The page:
Omaha Beach Then and Today: Remembering D-Day

Wounded-soldiers


Some dates are burned into the American memory because of historical significance. For instance, we can’t reference July 4th without instantly thinking of our nation’s birth. We can’t see the date September 11th and not remember the terrible tragedies that occurred that day in 2001.

There are dates that carry the same weight in regards to world history as well, and June 6th, 1944, is definitely one of them, more commonly referred to as D-Day.

That’s the day the Allied forces invaded northern France from the beaches of Normandy, changing the face of history forever. That’s also the day that ultimately led to the downfall of Nazi Germany, but not without a huge price.

 

A Look Back at Omaha Beach

The code name given to the second from the west among the five designated D-Day landing zones was Omaha Beach. It was easily the largest of the assault areas, covering a stretch of about 6 miles between the mouth of the Vire River and Port-en-Bessin. The German 352nd Infantry was on the opposition, consisting of about 12,000 men, 6,800 of which were experienced combat troops.
 

Very little went according to plan when the Allies landed at Omaha, to say the least. Setbacks included but were not necessarily limited to:

 
  • Navigation difficulties that caused most of the landing craft to miss their targets over the course of the day
  • The unexpected strength of the defense, resulting in heavy U.S. casualties
  • The inability of the remaining troops to clear the beach’s exits as planned, a direct consequence of the number of casualties

Eventually, the surviving troops managed to achieve some small penetrations in the defense due to ingenuity and improvisation. By the end of the day, they also won a couple of important footholds. The Allies further exploited these advantages as a way to leverage additional weaknesses in the defense over the next few days. The eventual achievement of the original D-Day objectives was the result.


Omaha-beach

 

 

The Legacy of Omaha Beach

The staggering number of American lives lost is the main reason we remember Omaha Beach. As touched on above, the Germans did excellent job of orchestrating their defense and situating their machine gun emplacements. Although the seawall offered some protection, the German fire tore mercilessly into the troops, as they ran at top speed across the beach
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Even in the face of the Allies’ eventual victory, it’s hard to look past the fact that America lost 2,400 of its finest men that day at Omaha Beach. However, it’s vitally important that we remember and honor their sacrifices, as they quite literally saved the free world. They are the ultimate reminder that some things are worth not only fighting for, but dying for as well.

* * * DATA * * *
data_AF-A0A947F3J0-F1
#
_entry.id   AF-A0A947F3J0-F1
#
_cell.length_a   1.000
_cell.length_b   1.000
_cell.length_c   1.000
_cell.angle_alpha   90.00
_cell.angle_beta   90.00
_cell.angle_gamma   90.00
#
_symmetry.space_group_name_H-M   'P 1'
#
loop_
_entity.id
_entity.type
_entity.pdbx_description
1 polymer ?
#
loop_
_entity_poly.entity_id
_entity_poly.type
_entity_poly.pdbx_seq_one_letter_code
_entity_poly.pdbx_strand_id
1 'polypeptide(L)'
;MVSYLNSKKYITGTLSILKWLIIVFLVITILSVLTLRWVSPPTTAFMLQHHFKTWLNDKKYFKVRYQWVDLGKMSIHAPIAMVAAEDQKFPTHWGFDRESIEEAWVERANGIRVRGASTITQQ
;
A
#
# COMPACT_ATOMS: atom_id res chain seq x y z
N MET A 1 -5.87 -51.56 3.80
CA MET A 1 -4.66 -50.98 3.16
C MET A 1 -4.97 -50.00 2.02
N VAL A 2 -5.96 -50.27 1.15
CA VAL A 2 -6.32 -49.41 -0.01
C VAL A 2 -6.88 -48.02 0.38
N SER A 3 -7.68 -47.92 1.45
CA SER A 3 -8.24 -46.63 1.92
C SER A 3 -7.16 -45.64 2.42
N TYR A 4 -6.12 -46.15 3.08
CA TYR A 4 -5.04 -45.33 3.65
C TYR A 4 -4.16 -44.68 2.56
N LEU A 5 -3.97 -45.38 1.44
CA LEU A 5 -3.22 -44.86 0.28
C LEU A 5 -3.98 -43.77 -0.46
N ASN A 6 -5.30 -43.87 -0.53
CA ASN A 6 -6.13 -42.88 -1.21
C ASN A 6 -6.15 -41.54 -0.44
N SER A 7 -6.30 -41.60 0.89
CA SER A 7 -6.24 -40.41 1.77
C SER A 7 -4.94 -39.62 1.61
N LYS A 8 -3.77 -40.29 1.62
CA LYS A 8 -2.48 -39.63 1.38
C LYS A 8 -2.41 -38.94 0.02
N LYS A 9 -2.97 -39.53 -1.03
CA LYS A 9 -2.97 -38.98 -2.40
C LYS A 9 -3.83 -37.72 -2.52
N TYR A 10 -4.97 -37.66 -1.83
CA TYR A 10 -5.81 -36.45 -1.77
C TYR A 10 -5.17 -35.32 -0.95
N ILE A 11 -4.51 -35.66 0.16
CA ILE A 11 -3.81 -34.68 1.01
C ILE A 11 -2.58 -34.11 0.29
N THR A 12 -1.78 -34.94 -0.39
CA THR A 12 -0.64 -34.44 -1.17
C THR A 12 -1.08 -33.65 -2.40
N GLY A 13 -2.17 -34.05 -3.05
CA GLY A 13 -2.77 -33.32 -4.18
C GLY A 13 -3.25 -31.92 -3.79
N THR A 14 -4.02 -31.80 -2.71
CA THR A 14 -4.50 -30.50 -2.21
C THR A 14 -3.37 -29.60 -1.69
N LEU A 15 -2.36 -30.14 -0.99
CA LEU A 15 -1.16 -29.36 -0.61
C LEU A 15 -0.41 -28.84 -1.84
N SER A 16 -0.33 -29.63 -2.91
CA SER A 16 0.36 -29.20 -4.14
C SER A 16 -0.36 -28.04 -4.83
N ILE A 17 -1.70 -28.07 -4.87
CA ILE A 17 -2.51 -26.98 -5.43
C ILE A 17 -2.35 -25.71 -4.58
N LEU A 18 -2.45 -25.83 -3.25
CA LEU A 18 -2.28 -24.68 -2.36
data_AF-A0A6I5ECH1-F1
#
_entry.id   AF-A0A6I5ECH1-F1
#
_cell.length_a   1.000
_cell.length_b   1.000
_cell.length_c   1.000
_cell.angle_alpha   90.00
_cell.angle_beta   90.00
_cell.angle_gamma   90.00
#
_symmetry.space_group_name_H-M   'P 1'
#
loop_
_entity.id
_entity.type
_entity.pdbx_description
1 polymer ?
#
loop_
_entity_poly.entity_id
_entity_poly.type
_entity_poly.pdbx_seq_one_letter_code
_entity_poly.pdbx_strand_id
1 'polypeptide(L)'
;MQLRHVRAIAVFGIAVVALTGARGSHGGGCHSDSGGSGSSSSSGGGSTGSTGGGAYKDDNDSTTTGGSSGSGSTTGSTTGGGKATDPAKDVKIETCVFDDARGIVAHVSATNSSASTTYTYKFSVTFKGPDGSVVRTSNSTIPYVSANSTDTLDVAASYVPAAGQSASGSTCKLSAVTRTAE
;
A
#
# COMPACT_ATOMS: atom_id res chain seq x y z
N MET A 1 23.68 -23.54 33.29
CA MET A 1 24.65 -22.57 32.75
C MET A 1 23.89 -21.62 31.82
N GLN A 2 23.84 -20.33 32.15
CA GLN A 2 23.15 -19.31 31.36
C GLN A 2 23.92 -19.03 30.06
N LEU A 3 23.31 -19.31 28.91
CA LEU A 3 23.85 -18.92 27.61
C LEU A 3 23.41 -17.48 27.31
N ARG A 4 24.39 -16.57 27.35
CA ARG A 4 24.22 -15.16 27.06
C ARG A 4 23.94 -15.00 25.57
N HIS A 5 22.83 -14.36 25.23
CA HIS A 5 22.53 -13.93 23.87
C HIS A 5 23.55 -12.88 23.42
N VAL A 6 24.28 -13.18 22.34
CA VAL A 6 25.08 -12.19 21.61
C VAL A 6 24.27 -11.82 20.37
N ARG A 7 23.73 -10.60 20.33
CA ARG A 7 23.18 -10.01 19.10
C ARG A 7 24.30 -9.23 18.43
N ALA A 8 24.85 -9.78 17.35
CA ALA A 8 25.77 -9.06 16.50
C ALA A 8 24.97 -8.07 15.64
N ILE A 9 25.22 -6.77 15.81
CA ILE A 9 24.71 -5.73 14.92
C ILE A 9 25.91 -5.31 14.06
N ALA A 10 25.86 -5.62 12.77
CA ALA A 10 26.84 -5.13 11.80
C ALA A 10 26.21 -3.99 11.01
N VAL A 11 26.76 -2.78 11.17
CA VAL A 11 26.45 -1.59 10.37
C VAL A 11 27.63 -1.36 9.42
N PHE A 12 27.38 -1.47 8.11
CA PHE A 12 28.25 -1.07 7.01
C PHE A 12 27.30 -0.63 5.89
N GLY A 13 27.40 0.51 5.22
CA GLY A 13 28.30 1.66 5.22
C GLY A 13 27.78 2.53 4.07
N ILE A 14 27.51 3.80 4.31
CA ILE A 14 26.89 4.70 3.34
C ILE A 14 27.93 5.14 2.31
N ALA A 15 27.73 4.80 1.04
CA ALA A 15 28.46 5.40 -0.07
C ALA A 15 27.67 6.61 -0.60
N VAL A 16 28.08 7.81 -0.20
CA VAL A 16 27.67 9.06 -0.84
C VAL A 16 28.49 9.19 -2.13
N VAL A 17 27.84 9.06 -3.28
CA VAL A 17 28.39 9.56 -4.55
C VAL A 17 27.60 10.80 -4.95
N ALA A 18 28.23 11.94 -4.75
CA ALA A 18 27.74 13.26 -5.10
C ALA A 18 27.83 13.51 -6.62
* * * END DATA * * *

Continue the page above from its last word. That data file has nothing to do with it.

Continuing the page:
Field-of-dead-soldiers

 

Remembering and Commemorating Omaha Beach and D-Day

This June 6th, take some time out of your busy day to remember the events of D-Day and pay your respects to the brave men that laid down their lives at Omaha Beach. The following are just a few ideas about how you can commemorate the occasion.

Educate Yourself
Acquiring additional knowledge is never a bad idea, but it’s an especially good way to honor the legacy of a historic event like D-Day. Don’t just stop at reading generalized history books on the topic of World War II, either. Also, check out regional volumes on the topic to experience different perspectives on the war, military history and other related topics.

Talk to Your Children
Anniversaries of serious events like D-Day present the very best opportunities to teach your children the value of human life, sacrifice and honor. Consider sitting the youngest members of your family down this June 6th to talk to them about the events of Omaha Beach, and explain how those sacrifices made a lasting contribution to freedom. Ask them to share something they’re grateful to have in their lives, and remind them how it may not be the case today, if someone hadn’t fought and died for their freedom so long ago.

Help Veterans
Our veterans deserve honor every day, but it is paramount during important anniversary dates. Consider contributing to a good cause that helps veterans or doing something nice for the military personnel who live in your neighborhood. Be sure to thank them for their service in a meaningful way.

While much was lost that fateful day at Omaha Beach, there’s no doubt that more was gained. Its impact on our country and the world, particularly in the fight for democracy, will not soon be forgotten. How will you be honoring the gloriously fallen this June 6th? In what ways are you most grateful for the freedom that you enjoy as a result of their sacrifices?
Posted: 6/8/2017 12:00:00 AM| with 0 comments


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